Birds wouldn't poop unexpectedly and in unfortunate places.

The slow driver would be in front of someone else for a change!

Legs would never need shaving.

The left-overs in the fridge would be eaten, or would miraculously disappear before they turned into science projects.

There'd be no such thing as dust in a home.

Children would put away toys and cups.

Your favorite t-shirt or jeans wouldn't shrink.

Fingernail polish would stay on until YOU took it off.

Cashiers would always be friendly and polite.


Sunday, February 19, 2012

New Feature: "Celebration Thursdays!!"

I want to introduce a new weekly feature of Robyn’s Rules called, “Celebration Thursdays!”

Have you ever noticed that today’s news and entertainment programs spotlight some individuals whose activities are less  than stellar?  And who themselves can be somewhat less - shall we say - than inspirational?  Our athletes, musicians and entertainers sometimes let us down in the ‘hero’ department.

The fact is, we don't have to look to Hollywood or New York for heroes.  Most of us are blessed to know – or to have known -- amazing, inspiring, note-worthy people in our own day-to-day lives!  I think it’s time we stand up and give these simple folks the shout out they truly deserve.   I hope you’ll join me. 

Please participate by commenting on any post in the Robyn’s Rules blog.  In the comment, BE SURE to use the words, “Celebration Thursdays Nominee.”  Then give at least two reasons why your friend or family member, or even famous historical figure, should be honored.

Be fun!  Be witty!  Be creative!  But be sincere.  Make us laugh.  Make us weep. Remember, everyone else can see your posts, too.  AND keep ‘em clean!

 I may need further info, so if you follow my blog by email, make sure that I can put your name and email together. (Sometimes the two never seem to fit)   

Each Thursday I’ll post a poem, story or essay to honor those TRULY SPECIAL PEOPLE in our lives.   

I can’t wait to get started!  Get those submissions rolling in!   God bless!   robyn

Don't Focus On The Flies

I detest flies and their kin.   How about you?

I can't stand to have them in my home. Spotting a single fly will drive me from any comfortable chair, away from any guest I have, into the kitchen for my fly-swatter, and off onto an extended and single-minded foray.

I have a good life. My God has blessed me with much more than I deserve. I have a good home, a wonderful husband, three beautiful children and an outstanding son-in-law. I have good health, good friends, food to eat, clothes to wear and a car to drive. I am warm when it is cold and comfortable when it is hot.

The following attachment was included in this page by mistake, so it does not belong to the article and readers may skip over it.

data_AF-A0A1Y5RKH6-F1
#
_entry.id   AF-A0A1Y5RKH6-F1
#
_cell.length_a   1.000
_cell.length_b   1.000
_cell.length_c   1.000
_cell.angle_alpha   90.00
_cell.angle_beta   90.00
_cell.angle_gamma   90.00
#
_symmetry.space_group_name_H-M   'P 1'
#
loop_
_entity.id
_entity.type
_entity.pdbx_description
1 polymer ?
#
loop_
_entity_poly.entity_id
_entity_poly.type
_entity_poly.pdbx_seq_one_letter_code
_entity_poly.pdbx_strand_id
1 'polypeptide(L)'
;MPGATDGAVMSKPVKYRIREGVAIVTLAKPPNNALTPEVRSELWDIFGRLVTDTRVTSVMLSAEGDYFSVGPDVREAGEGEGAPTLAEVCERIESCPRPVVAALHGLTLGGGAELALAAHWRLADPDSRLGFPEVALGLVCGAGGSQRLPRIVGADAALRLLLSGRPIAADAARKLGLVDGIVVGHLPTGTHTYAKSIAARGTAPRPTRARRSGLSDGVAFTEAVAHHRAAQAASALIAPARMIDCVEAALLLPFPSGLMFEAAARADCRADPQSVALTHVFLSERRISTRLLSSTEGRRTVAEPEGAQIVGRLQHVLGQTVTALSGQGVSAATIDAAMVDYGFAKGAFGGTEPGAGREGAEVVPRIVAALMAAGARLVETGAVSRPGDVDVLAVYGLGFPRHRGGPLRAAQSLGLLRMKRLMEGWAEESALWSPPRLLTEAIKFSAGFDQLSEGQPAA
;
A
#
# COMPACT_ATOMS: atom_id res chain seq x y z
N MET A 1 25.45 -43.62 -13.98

But if a fly enters my domain - I become miserable! I am angry and on a mission: I must destroy! Why?

Is it Fear? No. Odds are against the fly doing me physical damage by putting his dirty little appendages on anything I'm going to ingest. I couldn't tell you the number of flies I've had the displeasure of meeting in my fifty years. Of those, several didn't make it - though not NEARLY enough -- but I'm still here. It's not fear that sends me after a fly-swatter.

Is it Curiosity? No. We dissected flies in High School. I got up close and personal then and I'm over that.

So what motivates me?

It's simple - the fly BUGS me! He takes my eyes off my blessings. A fourth-of-an-inch-long bug enters my house and does a better trick than David Copperfield...He makes my house DISAPPEAR! My party guests VANISH! And for just a little while he is the center of my focus. I forget every good and perfect thing because all I can see is FLY !

A corollary to this happens in my life:

1.) I get up in the morning feeling a little achy:

a. I can take a couple of pain relievers, and do a few stretches to try to get rid of the ache right away, or

b. I can stretch the pain out all day, knowing that nothing will look right and nothing will go right when all I can see is this particular 'fly'.

2.) While waiting to check out in the 20 items or less line, I realize that someone in front of me has 24 items!

a. I can say with a shrug, "Oh well... C'est la vie"! or

b. I can make a scene and call a manager.

3.) I attend a Professional baseball game. A long, hard , driving ball comes right down the third base line and into the stands where I'm sitting. Homerun! Everyone starts to scrabble, but the ball Plops neatly into MY glove. Wow. Before I can even turn and show my friends, the man to my left elbows me, jostling the ball out of my glove, on purpose. Now it's HIS ball. Do I:

a. Scream for back up, 'cause it's ON! or

b. Shrug and think, 'what a poor, sad fellow' (and hope someone pours beer down his back when we all sit back down.)

I'm not saying how I did on this exam, but the question is: Do I focus on the flies or on my Life?

Let me give you one more example.